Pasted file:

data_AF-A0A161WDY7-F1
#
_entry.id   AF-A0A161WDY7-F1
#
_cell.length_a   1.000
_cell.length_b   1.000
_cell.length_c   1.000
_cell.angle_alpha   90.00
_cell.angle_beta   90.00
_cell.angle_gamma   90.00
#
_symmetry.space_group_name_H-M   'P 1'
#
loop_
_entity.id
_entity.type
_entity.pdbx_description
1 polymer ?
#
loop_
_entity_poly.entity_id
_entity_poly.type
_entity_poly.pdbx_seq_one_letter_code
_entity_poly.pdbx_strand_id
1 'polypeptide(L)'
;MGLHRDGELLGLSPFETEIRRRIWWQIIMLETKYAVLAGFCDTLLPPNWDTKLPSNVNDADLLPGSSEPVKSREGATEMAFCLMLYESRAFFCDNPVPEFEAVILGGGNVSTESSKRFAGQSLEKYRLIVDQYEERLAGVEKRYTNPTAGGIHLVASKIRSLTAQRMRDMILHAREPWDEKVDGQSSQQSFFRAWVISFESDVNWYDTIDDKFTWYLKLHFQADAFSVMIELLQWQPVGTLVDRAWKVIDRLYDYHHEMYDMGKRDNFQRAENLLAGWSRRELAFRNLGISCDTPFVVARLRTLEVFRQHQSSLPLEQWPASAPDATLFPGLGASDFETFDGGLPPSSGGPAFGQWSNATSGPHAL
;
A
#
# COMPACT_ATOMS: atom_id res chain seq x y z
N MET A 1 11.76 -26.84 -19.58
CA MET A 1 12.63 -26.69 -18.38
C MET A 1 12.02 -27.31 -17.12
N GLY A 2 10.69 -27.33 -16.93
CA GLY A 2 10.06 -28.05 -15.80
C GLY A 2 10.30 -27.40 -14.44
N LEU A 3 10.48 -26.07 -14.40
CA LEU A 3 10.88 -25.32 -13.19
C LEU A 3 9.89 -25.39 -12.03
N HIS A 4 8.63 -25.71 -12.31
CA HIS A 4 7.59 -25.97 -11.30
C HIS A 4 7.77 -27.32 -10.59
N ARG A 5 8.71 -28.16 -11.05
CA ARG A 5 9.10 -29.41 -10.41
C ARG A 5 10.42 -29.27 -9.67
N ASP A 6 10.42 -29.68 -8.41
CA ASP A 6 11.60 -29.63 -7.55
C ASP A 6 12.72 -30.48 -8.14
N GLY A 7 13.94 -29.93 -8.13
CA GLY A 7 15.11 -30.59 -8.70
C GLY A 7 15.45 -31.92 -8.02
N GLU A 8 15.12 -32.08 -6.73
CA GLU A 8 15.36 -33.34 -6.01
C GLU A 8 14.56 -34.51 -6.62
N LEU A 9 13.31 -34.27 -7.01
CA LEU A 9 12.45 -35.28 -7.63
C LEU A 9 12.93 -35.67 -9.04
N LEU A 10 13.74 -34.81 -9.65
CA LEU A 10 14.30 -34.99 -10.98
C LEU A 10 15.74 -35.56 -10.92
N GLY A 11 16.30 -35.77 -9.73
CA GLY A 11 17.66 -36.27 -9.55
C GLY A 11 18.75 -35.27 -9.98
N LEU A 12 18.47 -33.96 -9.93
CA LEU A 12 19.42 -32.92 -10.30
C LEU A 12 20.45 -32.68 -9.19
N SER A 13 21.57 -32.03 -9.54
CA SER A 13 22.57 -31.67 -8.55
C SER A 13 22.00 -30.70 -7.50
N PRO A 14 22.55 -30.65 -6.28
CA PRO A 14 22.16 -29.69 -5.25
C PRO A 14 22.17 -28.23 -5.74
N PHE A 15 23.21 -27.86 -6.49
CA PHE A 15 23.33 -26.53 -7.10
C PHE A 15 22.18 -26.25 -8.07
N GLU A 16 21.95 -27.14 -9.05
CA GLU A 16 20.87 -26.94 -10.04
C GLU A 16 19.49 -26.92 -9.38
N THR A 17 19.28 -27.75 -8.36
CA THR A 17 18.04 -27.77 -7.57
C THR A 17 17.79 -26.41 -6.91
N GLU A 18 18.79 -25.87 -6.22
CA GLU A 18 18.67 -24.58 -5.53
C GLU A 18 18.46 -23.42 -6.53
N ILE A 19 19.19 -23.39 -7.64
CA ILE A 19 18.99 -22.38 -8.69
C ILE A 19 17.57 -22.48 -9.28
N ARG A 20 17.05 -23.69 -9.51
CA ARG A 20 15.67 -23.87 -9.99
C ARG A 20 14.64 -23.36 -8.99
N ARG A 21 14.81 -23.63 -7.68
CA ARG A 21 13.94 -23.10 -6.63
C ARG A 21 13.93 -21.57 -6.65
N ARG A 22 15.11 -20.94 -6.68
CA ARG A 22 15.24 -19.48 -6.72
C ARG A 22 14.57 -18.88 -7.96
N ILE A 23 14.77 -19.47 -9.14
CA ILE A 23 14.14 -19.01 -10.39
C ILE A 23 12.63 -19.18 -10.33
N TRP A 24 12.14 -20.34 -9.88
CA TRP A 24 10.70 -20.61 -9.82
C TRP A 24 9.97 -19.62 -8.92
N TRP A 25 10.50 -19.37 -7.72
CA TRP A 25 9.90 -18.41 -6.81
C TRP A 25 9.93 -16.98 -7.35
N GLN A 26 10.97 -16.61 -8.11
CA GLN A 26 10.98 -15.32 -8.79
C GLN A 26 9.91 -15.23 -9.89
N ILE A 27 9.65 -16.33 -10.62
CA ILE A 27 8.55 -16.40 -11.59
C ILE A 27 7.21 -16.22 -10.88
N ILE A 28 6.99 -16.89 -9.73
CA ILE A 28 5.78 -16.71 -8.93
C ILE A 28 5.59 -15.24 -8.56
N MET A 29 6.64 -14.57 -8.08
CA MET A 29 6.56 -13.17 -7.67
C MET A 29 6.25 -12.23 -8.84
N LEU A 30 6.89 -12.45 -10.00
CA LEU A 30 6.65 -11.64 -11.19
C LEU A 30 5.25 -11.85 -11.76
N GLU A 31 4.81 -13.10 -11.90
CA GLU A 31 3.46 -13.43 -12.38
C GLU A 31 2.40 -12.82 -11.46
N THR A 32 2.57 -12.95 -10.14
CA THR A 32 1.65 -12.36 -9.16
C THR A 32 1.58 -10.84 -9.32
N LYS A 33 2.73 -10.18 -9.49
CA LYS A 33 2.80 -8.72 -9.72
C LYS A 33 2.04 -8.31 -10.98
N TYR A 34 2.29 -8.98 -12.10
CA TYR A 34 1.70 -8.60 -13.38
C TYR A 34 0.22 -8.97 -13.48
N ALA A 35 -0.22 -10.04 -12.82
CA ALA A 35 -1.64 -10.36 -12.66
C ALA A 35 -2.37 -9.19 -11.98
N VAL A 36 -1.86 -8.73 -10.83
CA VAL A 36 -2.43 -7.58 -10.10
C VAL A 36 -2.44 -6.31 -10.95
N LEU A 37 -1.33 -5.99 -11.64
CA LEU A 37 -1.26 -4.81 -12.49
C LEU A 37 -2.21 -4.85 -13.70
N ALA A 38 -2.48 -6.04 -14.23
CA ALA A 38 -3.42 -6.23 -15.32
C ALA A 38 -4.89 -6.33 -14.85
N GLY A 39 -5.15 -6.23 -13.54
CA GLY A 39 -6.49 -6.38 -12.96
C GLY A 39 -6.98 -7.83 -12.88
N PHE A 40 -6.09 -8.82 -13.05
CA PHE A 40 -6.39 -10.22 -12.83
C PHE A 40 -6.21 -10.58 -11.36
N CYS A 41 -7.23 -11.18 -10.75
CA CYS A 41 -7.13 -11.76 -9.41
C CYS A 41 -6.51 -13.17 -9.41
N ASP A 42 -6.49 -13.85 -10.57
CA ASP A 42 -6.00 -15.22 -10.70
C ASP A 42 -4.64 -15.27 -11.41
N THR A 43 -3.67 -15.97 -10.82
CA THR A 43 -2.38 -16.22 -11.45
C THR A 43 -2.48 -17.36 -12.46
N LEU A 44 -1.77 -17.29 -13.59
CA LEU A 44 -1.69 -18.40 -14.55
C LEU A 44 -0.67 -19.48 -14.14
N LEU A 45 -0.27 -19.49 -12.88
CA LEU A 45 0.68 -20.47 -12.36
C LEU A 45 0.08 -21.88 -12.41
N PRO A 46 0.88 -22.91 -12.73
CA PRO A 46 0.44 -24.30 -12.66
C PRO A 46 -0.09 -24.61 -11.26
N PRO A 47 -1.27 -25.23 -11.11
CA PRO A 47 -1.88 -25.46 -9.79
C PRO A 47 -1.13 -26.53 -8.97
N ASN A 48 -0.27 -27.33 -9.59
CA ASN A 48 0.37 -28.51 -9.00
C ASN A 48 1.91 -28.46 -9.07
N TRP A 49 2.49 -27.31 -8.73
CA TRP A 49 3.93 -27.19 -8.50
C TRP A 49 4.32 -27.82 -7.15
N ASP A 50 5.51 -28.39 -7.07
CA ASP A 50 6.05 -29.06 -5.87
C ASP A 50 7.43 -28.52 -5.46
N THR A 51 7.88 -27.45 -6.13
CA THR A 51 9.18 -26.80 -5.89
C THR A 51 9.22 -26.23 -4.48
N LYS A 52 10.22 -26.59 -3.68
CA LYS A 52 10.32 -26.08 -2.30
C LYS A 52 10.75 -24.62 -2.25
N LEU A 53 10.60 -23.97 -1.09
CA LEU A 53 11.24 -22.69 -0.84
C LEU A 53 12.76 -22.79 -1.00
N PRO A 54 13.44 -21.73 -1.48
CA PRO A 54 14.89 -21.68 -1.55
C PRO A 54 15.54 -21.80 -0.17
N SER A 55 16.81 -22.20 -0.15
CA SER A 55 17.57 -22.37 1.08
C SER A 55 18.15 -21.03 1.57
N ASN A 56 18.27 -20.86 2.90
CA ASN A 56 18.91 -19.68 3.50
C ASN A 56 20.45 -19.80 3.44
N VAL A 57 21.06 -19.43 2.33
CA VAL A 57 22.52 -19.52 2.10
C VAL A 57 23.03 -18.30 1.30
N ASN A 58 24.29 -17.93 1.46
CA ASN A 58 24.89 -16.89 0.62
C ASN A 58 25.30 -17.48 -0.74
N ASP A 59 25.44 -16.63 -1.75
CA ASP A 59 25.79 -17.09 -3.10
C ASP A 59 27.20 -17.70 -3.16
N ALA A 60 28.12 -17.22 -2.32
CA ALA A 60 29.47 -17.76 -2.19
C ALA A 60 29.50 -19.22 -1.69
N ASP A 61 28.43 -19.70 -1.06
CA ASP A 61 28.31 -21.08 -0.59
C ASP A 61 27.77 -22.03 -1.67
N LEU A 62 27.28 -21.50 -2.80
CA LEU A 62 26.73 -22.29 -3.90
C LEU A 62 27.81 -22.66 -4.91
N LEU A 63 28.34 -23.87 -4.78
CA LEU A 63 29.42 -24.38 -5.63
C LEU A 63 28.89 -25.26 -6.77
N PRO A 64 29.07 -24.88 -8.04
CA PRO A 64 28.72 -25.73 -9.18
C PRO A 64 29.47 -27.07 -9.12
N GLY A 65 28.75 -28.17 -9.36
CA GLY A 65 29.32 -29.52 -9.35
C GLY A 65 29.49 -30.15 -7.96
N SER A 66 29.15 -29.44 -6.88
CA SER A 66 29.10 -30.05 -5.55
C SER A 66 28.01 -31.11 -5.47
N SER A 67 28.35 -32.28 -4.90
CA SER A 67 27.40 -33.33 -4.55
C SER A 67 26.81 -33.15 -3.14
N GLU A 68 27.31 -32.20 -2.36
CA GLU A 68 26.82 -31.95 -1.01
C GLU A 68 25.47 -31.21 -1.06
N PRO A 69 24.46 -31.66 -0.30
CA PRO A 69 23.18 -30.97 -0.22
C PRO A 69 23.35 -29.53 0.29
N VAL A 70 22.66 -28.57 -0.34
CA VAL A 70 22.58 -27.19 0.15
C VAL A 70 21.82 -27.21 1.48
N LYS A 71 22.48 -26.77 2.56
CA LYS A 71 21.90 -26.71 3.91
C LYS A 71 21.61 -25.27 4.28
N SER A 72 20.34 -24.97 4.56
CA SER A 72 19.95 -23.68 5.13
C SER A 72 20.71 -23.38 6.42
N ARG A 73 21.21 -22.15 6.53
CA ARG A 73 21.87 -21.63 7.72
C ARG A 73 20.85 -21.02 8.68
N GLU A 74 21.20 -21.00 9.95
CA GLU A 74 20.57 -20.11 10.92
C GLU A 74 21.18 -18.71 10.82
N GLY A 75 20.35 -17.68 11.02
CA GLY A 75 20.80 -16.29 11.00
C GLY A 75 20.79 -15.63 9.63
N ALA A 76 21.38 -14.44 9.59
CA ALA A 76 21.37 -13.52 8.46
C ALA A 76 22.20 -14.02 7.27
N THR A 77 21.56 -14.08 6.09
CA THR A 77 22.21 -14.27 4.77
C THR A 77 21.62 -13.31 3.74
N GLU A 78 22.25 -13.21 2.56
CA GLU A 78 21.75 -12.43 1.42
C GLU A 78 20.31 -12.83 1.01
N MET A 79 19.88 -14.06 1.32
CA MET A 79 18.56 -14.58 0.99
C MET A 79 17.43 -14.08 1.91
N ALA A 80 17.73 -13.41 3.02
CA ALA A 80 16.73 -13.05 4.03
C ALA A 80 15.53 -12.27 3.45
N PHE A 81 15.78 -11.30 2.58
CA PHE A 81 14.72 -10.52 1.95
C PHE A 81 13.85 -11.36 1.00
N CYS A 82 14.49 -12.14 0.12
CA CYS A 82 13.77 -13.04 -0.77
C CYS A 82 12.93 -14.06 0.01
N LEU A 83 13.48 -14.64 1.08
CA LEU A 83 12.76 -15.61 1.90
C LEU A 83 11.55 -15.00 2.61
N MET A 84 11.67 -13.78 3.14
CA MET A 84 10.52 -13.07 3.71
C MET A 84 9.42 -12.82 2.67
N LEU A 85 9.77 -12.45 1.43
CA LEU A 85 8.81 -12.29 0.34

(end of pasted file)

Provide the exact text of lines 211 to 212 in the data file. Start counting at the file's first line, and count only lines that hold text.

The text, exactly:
N ASP A 61 28.43 -19.70 -1.06
CA ASP A 61 28.31 -21.08 -0.59